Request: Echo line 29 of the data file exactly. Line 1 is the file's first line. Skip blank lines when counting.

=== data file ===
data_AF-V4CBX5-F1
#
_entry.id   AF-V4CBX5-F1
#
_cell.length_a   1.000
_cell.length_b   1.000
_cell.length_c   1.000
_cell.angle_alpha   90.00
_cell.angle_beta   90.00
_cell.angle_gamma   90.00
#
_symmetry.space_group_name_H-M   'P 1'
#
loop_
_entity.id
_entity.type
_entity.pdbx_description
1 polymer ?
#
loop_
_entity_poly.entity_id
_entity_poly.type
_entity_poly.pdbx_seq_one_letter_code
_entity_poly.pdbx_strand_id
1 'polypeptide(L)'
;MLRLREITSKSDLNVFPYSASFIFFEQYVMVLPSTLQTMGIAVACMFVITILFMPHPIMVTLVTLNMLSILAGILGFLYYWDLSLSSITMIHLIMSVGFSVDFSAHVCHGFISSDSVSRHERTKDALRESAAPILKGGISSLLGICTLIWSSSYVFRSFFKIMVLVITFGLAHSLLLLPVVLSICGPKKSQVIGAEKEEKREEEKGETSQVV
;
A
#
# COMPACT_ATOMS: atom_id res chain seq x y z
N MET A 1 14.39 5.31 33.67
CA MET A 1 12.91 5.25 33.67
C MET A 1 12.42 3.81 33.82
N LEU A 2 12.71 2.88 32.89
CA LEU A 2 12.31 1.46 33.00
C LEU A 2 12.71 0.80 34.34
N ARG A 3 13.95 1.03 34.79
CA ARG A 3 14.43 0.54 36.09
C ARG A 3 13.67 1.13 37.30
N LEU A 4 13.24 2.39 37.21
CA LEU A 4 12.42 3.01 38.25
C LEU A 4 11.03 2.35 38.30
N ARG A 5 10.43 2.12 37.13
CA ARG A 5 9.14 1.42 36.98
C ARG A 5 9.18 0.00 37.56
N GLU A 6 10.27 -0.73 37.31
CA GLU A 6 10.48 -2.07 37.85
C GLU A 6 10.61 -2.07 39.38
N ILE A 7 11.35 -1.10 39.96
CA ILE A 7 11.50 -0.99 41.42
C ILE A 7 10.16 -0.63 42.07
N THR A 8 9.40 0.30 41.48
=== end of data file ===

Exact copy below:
#